The Coffee Snob Manifesto

IMG_0057.jpg

Disclaimer: The views expressed in this post are merely "just for fun" and in no way to be taken too seriously. Mostly. Just relax. We're talking about coffee here, not the end of the world... if you need to have a cup of coffee first fine, I'll wait... better now? Okay....  

America, stop it! Please!! Stop it with the downgrading of our national beverage. Stop it with the instant convenience of a cup of coffee without the careful discipline of brewing that cup of coffee. Enough of the Kuerig systems, pre-ground, instant, press-a-button-and-presto forms of coffee you drink. Repent of your mass consumption of coffee at the expense of enjoying the slow, thoughtful ritual of making and savoring coffee. Trade in your expensive, fancy-pantsy, technological marvels for the simplicity of a french press, freshly roasted beans, water, and time. It's time to learn how to make a real cup of coffee.

Ah, but you might think it's too hard to make a good cup of coffee. Some of you might complain it takes too much time. A few might object and say, "I don't have the proper material to make a great cup of coffee" or "great coffee is too expensive." To each of these objections I say, "Nonsense." Your grandparents knew how to make a great cup of coffee. You should too!

A Few Words About Coffee Beans

Great coffee really is about three things; beans, water, and time. Today I'll share some thoughts about coffee beans and tomorrow I'll write about brewing technique and technology. On Friday I'll share my ritual for the perfect of cup of coffee.

So... about those beans:

First, let's avoid the pre-ground, instant coffee. This stuff has already released the complex and beautiful flavors of the coffee. Coffee beans are a seed of flavor. Once it is ground or crushed the freshness of that flavor is gone. Honestly, if you are buying this stuff you're pretty much drinking ground up dirt. The best practice is to buy the most recently roasted, whole bean coffee you can get. The flavor is still locked in, and it's ready to be ground, brewed and enjoyed. If you cannot find recently roasted beans then be sure to at least get whole beans. But do whatever you can to avoid pre-ground or instant coffee. The taste itself of whole beans is worth it all.

Secondly, some of you stockpile coffee beans like we have a shortage of coffee about to befall the universe and you need some for Y2K. And then you've been told that putting it in cryogenic freeze for 30 years will keep it as good as the day it came out of the roaster. NO! It won't. Stop it. Buy what you need for a week or so and put it in an airtight container. Putting it in the freezer kills the natural moisture in the bean itself and when your bring it out to brew the beans are actually freezer burnt, not fresh. Don't freeze or refrigerate your beans. Store them in an room-temperature, airtight container of some sort for a few weeks. Let's end the cryogenic coffee stockpile and just buy half a pound each week, grind it right before you brew it and drink it. It'll be the best coffee you've had.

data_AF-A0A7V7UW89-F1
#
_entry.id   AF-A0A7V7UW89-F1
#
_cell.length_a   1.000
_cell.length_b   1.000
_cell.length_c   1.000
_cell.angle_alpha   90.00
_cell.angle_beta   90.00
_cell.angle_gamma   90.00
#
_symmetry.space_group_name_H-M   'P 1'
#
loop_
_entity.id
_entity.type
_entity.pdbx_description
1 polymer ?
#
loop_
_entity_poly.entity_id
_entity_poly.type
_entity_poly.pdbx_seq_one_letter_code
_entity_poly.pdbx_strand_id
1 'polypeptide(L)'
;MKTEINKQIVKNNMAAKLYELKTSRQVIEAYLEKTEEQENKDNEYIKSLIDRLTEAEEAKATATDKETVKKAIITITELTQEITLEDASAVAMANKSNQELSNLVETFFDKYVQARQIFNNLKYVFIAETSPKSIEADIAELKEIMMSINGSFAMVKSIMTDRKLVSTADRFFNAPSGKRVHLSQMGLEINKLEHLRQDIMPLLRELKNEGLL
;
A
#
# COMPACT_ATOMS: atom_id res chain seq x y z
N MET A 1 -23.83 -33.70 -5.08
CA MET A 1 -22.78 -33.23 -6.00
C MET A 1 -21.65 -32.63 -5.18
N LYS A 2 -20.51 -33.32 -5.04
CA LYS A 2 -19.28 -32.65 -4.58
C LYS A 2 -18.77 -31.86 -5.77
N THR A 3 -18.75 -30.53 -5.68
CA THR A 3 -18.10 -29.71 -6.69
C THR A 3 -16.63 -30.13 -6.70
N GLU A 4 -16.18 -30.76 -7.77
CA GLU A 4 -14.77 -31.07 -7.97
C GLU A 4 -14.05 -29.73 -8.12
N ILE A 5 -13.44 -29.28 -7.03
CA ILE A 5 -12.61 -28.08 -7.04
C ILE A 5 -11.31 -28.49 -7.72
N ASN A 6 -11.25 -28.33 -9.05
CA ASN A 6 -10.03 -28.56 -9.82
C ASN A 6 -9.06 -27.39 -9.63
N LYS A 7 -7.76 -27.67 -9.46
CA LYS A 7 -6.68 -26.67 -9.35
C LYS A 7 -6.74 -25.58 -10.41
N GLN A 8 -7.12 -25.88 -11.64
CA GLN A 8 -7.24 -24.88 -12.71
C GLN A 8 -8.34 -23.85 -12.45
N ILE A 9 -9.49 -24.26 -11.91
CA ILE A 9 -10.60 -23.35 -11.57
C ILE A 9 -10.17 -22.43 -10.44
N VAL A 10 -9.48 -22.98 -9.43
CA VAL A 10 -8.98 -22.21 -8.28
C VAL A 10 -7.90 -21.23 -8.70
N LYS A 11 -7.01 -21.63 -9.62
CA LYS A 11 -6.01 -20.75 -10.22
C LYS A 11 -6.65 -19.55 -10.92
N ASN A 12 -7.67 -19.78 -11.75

Third, and I need to speak with much grace because Gloria Jeans taught many of you poorly. The fact is however that flavored coffee is of the devil. It's a chemical mutation that isn't natural. The best coffee is the naturally roasted coffee. If you want a blueberry sunrise then get up at 4am, make a blueberry muffin and then pour a cup of coffee. But for goodness sakes don't drink blueberry sunrise coffee. That's gross. Coffee has its own beautiful and glorious flavor. If you want to find and enjoy different flavors of coffee then find the natural distinctions that already exist. Or try a blend of distinctly roasted blends. Coffee from India doesn't taste the same as coffee from South America. Dark roasts are different than medium body roasts. Blends are unique from single-origin roasts. You don't need flavored coffee for diversity, you just need different beans.

Find those flavors and develop a palette for them. It may take some time but it will enhance your enjoyment of coffee all the more. If you want to complement your coffee with a flavored creamer or syrup from time to time that's okay. I won't judge you. But please don't think that flavored coffee beans are a good idea. You wouldn't add blueberry sunrise to bacon. Why do it to coffee?

The Best Beans

I am not, admittedly, an expert in the best roasters but I have a few preferences and recommendations. Here's a few of my choice favorites when it comes to coffee roasters:

  • Storyville Coffee - Great stuff. They roast their private reserve beans on a Tuesday, mail them that day and you get them generally within two days. It's well worth it and fairly inexpensive given the shipping.
  • Ritual Coffee - one of my favorite Bay Area roasters. They have a coffee club that can be personalized with a lot of options and variety. I always enjoy going to Ritual Coffee at the Oxbow Market in Napa.
  • Flying Goat Coffee - Sonoma County is known for it's wine but you'd be silly to pass up the coffee that it offers too. My favorite blend of all time is Mrs. Garland's. Fantastic stuff. Someone, please send me some!
  • Kaldi's Coffee - Kaldi's is a Missouri-based roaster that I've recently been introduced to. We were given a half-pound for Christmas and I've really enjoyed it. They seem to have a good handle on roasting quality coffee. I'd come back for another cup here.

Tomorrow we'll talk about coffee brewing tech. If you can take that Keruig you got for Christmas back and use the money you got in return for the real machinery and better beans. Plus you'll probably have enough left over to buy a years worth of beans.

Bonus points today if you can identify the coffee contraption in the picture above. Hipster friends in California are not eligible to win the prize.